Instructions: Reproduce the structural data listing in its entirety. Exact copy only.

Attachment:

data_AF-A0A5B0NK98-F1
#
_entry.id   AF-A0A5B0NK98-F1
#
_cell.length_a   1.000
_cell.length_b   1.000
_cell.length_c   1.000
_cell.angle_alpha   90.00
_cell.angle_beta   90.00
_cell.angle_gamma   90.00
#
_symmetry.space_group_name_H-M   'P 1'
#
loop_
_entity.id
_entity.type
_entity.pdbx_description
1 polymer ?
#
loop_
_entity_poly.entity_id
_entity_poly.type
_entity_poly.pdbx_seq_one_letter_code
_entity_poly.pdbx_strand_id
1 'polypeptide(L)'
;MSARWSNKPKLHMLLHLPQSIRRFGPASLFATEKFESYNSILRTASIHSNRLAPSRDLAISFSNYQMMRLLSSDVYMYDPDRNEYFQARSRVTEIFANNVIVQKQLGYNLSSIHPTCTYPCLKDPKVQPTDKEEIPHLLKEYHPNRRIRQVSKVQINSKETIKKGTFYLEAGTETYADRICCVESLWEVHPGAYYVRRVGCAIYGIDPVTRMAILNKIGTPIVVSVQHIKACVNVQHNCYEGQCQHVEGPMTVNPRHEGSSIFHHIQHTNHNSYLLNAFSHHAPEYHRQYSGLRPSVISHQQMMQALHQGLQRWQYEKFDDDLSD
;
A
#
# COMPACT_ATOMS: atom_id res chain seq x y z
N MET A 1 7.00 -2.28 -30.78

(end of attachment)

data_AF-A0A5B0NK98-F1
#
_entry.id   AF-A0A5B0NK98-F1
#
_cell.length_a   1.000
_cell.length_b   1.000
_cell.length_c   1.000
_cell.angle_alpha   90.00
_cell.angle_beta   90.00
_cell.angle_gamma   90.00
#
_symmetry.space_group_name_H-M   'P 1'
#
loop_
_entity.id
_entity.type
_entity.pdbx_description
1 polymer ?
#
loop_
_entity_poly.entity_id
_entity_poly.type
_entity_poly.pdbx_seq_one_letter_code
_entity_poly.pdbx_strand_id
1 'polypeptide(L)'
;MSARWSNKPKLHMLLHLPQSIRRFGPASLFATEKFESYNSILRTASIHSNRLAPSRDLAISFSNYQMMRLLSSDVYMYDPDRNEYFQARSRVTEIFANNVIVQKQLGYNLSSIHPTCTYPCLKDPKVQPTDKEEIPHLLKEYHPNRRIRQVSKVQINSKETIKKGTFYLEAGTETYADRICCVESLWEVHPGAYYVRRVGCAIYGIDPVTRMAILNKIGTPIVVSVQHIKACVNVQHNCYEGQCQHVEGPMTVNPRHEGSSIFHHIQHTNHNSYLLNAFSHHAPEYHRQYSGLRPSVISHQQMMQALHQGLQRWQYEKFDDDLSD
;
A
#
# COMPACT_ATOMS: atom_id res chain seq x y z
N MET A 1 7.00 -2.28 -30.78